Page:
One thing that can help the self-editing process is to read the work out loud. Often, when reading a manuscript aloud, the ears will catch errors that the eyes will miss. This type of proofreading is even more useful if there is a second listener along for the journey.

When you are forced to read the writing out loud, you can notice errors in punctuation more quickly because of the pause a comma, period, or semicolon brings. Conversely, you’ll see when a break is needed if the punctuation is absent.

Knowing what the correct punctuation mark is, however, is sometimes a more tricky problem to solve!

Try reading your work out loud to see mistakes you might otherwise have missed, and never rely on spell-check to catch them. Spell-check misses all the wrong words that are spelled right. (For example, homonyms are words that sound the same, but they are spelled differently).

These wrong words can change the meaning of your text; they can even be quite embarrassing. Did you mean to send your boss a fight plan? Or should that have been a flight plan?


Use fresh eyes when proofreading

Frequently, the kinds of errors missed during an author’s proofreading of his or her own work are the straightforward and obvious ones. Perhaps the spell-check changed your misspelled “definitly” to “defiantly” rather than “definitely.” Maybe a minor character’s name is spelled with an “ey” during most of the novel, but then suddenly, you began using just a “y” and didn’t even realize.

These are the types of errors that a fresh set of eyes can pick up. These are the kinds of mistakes that a professional editor is trained to look for and can quickly detect and correct.

Grammar errors are even harder to spot, especially when they arise from your personal speech patterns. For example, some people say they “should of” done something, when they mean they “should have” done something (or in fiction dialogue or conversational writing, “should’ve”).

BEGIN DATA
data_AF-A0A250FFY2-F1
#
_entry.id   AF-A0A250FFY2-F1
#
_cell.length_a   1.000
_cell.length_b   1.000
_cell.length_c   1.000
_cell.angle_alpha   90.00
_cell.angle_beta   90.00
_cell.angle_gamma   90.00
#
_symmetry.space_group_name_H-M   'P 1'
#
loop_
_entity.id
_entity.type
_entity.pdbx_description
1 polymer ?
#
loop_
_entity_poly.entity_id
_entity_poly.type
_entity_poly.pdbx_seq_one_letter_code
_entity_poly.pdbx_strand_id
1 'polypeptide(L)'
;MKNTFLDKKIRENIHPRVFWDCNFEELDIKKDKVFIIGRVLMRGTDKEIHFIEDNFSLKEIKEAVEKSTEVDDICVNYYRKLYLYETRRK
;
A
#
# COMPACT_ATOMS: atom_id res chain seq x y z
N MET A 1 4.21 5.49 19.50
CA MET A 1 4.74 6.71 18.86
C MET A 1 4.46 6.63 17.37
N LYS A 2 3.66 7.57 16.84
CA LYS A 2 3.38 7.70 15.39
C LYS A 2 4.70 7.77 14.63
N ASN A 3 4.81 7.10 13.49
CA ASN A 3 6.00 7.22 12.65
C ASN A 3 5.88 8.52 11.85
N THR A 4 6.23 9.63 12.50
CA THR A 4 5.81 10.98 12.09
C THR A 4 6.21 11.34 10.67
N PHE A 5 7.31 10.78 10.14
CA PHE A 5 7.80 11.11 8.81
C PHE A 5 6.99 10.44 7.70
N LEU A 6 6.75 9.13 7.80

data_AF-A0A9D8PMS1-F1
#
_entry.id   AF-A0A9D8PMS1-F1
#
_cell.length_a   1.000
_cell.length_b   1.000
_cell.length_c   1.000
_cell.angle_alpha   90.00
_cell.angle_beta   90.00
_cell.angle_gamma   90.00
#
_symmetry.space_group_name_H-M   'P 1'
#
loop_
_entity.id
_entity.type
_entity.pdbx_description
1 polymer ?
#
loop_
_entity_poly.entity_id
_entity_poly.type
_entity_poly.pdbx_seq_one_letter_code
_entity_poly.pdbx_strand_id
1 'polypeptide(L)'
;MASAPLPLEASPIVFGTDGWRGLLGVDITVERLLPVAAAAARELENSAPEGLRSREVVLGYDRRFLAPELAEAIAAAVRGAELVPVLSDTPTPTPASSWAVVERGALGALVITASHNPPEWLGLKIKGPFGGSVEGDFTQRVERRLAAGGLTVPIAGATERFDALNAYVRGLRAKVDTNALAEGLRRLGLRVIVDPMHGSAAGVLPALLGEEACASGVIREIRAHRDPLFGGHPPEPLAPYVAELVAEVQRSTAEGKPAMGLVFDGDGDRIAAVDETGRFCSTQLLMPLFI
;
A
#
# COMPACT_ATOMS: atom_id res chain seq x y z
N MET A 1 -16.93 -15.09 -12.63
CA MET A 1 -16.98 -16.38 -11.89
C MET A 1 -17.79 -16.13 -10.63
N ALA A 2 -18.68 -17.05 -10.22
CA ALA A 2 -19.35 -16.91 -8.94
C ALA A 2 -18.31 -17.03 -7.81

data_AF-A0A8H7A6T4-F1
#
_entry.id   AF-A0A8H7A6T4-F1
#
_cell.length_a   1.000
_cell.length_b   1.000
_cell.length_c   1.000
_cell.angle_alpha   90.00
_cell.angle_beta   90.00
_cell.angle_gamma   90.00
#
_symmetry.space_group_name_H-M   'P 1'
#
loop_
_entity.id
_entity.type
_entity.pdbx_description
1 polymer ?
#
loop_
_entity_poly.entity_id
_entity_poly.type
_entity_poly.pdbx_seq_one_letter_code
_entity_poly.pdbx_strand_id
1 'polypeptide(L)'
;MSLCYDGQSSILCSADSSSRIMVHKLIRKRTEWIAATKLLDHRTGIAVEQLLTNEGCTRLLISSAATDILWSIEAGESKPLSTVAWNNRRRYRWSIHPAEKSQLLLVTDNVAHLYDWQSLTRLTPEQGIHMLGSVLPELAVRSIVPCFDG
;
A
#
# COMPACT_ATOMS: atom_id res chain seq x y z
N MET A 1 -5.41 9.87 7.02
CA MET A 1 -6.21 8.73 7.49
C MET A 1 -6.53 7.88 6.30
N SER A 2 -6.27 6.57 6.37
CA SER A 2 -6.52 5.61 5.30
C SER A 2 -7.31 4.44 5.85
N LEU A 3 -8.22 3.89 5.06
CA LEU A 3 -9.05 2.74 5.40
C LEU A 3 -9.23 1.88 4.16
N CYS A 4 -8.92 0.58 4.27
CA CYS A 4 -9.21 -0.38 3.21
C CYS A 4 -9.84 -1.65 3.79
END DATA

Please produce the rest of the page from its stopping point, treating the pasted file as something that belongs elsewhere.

These types of mistakes occur because we don’t articulate words clearly when we speak. Often people aren’t even aware they are making grammar mistakes.

If your work is ready for publishing, send your writing to an experienced editor or professional for a careful line-by-line review before you send it out to the public. Your editor might be your last defense against an awkward or embarrassing mistake.

The final proofread

Once you’ve written your manuscript, whether it’s a novel, a collection of poetry, or a researched work of academic scholarship, you’ve undoubtedly been through numerous rewrites and revisions. It seems impossible—after so many reviews and so many times through a document—that there could be anything you might have missed.

But a final proofread is an essential aspect of the writing and publishing process.

At times, however, the original author is the absolute last person who needs to be doing the proofreading. After all, you’ve been through your writing from the very beginning. By the final draft, you know exactly what you were trying to say and feel comfortable that you’ve said it. It makes complete sense, then, that your eyes can read what should be on the page, rather than what is on the page.

The inability to see errors applies in particular to a manuscript that has seen numerous revisions because you’ve read it so many times. After a point, you begin reading it with your mind, rather than your eyes.

While a final review by the author is essential, a review by a professional editor can add the needed touches to avoid any simple errors. After all, the best way for your writing to appear professional is to prevent those typographical mistakes that your “authorial” eyes can glance right over. The second set of eyes provides the needed finishing touches, so why not make sure that second set of eyes is a professional?

Frequently Asked Questions